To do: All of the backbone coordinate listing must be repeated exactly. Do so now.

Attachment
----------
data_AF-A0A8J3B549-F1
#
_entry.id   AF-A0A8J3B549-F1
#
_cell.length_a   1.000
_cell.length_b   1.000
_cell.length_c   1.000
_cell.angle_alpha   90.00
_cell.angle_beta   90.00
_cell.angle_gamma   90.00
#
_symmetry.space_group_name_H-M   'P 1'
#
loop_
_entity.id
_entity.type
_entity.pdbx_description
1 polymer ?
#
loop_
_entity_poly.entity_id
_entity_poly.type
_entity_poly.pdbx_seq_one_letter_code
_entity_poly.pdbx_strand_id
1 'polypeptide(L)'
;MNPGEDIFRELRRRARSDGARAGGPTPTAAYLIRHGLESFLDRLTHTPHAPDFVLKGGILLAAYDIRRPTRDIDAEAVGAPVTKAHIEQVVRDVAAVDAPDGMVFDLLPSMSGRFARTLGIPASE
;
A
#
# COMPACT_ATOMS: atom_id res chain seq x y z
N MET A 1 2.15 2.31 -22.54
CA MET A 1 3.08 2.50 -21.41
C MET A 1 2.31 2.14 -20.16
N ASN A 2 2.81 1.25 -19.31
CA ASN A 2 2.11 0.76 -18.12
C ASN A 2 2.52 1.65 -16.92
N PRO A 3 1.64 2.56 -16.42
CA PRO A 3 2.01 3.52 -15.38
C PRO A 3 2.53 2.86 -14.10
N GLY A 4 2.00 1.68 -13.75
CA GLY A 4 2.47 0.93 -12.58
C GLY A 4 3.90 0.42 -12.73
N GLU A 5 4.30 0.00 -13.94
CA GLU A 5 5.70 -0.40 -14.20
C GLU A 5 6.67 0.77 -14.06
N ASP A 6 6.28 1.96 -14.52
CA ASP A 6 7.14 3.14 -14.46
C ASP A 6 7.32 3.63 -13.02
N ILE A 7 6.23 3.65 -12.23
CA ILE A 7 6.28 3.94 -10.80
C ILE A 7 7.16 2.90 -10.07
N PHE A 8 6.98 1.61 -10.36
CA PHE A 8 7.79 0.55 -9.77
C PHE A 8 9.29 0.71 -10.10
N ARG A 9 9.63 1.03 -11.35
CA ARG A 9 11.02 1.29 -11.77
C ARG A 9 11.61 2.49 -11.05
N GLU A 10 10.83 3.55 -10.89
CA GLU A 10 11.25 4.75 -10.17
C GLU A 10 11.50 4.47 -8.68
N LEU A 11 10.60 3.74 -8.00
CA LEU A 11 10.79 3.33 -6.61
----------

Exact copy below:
data_AF-A0A8J3B549-F1
#
_entry.id   AF-A0A8J3B549-F1
#
_cell.length_a   1.000
_cell.length_b   1.000
_cell.length_c   1.000
_cell.angle_alpha   90.00
_cell.angle_beta   90.00
_cell.angle_gamma   90.00
#
_symmetry.space_group_name_H-M   'P 1'
#
loop_
_entity.id
_entity.type
_entity.pdbx_description
1 polymer ?
#
loop_
_entity_poly.entity_id
_entity_poly.type
_entity_poly.pdbx_seq_one_letter_code
_entity_poly.pdbx_strand_id
1 'polypeptide(L)'
;MNPGEDIFRELRRRARSDGARAGGPTPTAAYLIRHGLESFLDRLTHTPHAPDFVLKGGILLAAYDIRRPTRDIDAEAVGAPVTKAHIEQVVRDVAAVDAPDGMVFDLLPSMSGRFARTLGIPASE
;
A
#
# COMPACT_ATOMS: atom_id res chain seq x y z
N MET A 1 2.15 2.31 -22.54
CA MET A 1 3.08 2.50 -21.41
C MET A 1 2.31 2.14 -20.16
N ASN A 2 2.81 1.25 -19.31
CA ASN A 2 2.11 0.76 -18.12
C ASN A 2 2.52 1.65 -16.92
N PRO A 3 1.64 2.56 -16.42
CA PRO A 3 2.01 3.52 -15.38
C PRO A 3 2.53 2.86 -14.10
N GLY A 4 2.00 1.68 -13.75
CA GLY A 4 2.47 0.93 -12.58
C GLY A 4 3.90 0.42 -12.73
N GLU A 5 4.30 0.00 -13.94
CA GLU A 5 5.70 -0.40 -14.20
C GLU A 5 6.67 0.77 -14.06
N ASP A 6 6.28 1.96 -14.52
CA ASP A 6 7.14 3.14 -14.46
C ASP A 6 7.32 3.63 -13.02
N ILE A 7 6.23 3.65 -12.23
CA ILE A 7 6.28 3.94 -10.80
C ILE A 7 7.16 2.90 -10.07
N PHE A 8 6.98 1.61 -10.36
CA PHE A 8 7.79 0.55 -9.77
C PHE A 8 9.29 0.71 -10.10
N ARG A 9 9.63 1.03 -11.35
CA ARG A 9 11.02 1.29 -11.77
C ARG A 9 11.61 2.49 -11.05
N GLU A 10 10.83 3.55 -10.89
CA GLU A 10 11.25 4.75 -10.17
C GLU A 10 11.50 4.47 -8.68
N LEU A 11 10.60 3.74 -8.00
CA LEU A 11 10.79 3.33 -6.61